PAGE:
David Alan Anderson transforms fully into Fields, recounting his career to us as he waits for the bus after his last day at the White House. Through him – and Still’s researched work, based in part on Fields’ memoir – we gain an insight into the lives and personalities of four presidents and their wives, as well as visiting British prime minister Winston Churchill.

The political scene is largely beside the point, though the racist policies of of the era can’t be ignored. Fields remembers encountering segregated facilities, and reflects on President Harry Truman’s orders to integrate the military. Serving through the end of Herbert Hoover’s term and 12 years of Franklin D. Roosevelt gave him a unique perspective on the White House during the Great Depression, as well as World War II.

The most striking thing about the narrative is the focus on the presidents and their families, their humanity and the way they conducted themselves in public and private. In this context, the Executive Mansion becomes a fully fleshed-out character as well. Adding to the context of history we may already know, we gain a deeper understanding of the Hoovers, the Roosevelts, the Trumans, and the Eisenhowers. And, in turn, we get the measure of this man before us, our unassuming hero, as well as the hard-working staff who invisibly keep the White House running smoothly, allowing our leaders to do their jobs as best they can.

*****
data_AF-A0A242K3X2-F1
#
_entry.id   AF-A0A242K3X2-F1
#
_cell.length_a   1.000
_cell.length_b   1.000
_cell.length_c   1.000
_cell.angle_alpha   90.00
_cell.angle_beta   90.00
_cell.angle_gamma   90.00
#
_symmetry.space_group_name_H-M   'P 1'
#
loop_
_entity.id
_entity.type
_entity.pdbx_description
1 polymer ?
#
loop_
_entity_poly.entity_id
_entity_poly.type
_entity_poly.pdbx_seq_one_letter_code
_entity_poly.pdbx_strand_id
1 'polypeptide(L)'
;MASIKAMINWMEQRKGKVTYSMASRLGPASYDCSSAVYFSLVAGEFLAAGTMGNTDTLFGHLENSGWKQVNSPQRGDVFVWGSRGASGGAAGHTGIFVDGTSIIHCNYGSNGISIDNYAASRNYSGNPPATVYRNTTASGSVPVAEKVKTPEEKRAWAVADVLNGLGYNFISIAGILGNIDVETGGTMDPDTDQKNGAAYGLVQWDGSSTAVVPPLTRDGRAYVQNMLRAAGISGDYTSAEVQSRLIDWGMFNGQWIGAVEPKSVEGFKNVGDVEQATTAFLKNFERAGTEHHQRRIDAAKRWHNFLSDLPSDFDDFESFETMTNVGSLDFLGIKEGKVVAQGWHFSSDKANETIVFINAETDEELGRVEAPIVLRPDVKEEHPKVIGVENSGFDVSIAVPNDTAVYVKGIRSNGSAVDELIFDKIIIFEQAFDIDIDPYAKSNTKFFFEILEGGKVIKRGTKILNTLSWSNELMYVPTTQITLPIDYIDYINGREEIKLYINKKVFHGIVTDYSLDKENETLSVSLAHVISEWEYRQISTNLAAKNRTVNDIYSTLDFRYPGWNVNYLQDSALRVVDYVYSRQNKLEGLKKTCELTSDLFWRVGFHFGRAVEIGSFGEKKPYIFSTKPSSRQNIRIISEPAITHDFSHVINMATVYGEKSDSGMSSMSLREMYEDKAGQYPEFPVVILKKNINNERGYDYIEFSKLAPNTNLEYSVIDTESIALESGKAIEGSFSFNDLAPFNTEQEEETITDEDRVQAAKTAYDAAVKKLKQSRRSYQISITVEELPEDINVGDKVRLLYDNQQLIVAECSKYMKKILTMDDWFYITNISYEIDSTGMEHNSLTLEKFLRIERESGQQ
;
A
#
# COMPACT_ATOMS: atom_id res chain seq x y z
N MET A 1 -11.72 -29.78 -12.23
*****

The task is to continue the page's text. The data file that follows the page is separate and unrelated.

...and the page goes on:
The IRT is at 140 W. Washington St. in downtown Indy, next to Circle Centre. For information and tickets, call 317-635-5252 or visit www.irtlive.com.

Experience Venice through the eyes of its visitors in IRT’s ‘Appoggiatura’

By John Lyle Belden

The Indiana Repertory Theatre play “Appoggiatura,” by IRT playwright-in-residence James Still, is a “Venecia story:” A story of Venice, Italy.

Venice, the centuries-old artistically and architecturally rich city of gondola-filled canals, is a unique place, and it can’t help but become a character in any story set there. I understand this, because I once spent the day there; so I, too, have a Venecia story – but that’s not what we’re here to discuss.

This play is also the third in Still’s loose “trilogy” involving characters related to a man named Jack, who died on 9/11. But this is not about him, except that relatives give brief mention in the way you can’t help but talk of someone you loved so dearly and lost so tragically. And it is not at all in the same style as the two previous plays: “The House That Jack Built” (premiered by IRT in 2012), a family drama set around a New England Thanksgiving table; or “Miranda” (on the IRT upperstage last year), a spy thriller set in Yemen. This play truly is, you must understand, a Venecia story.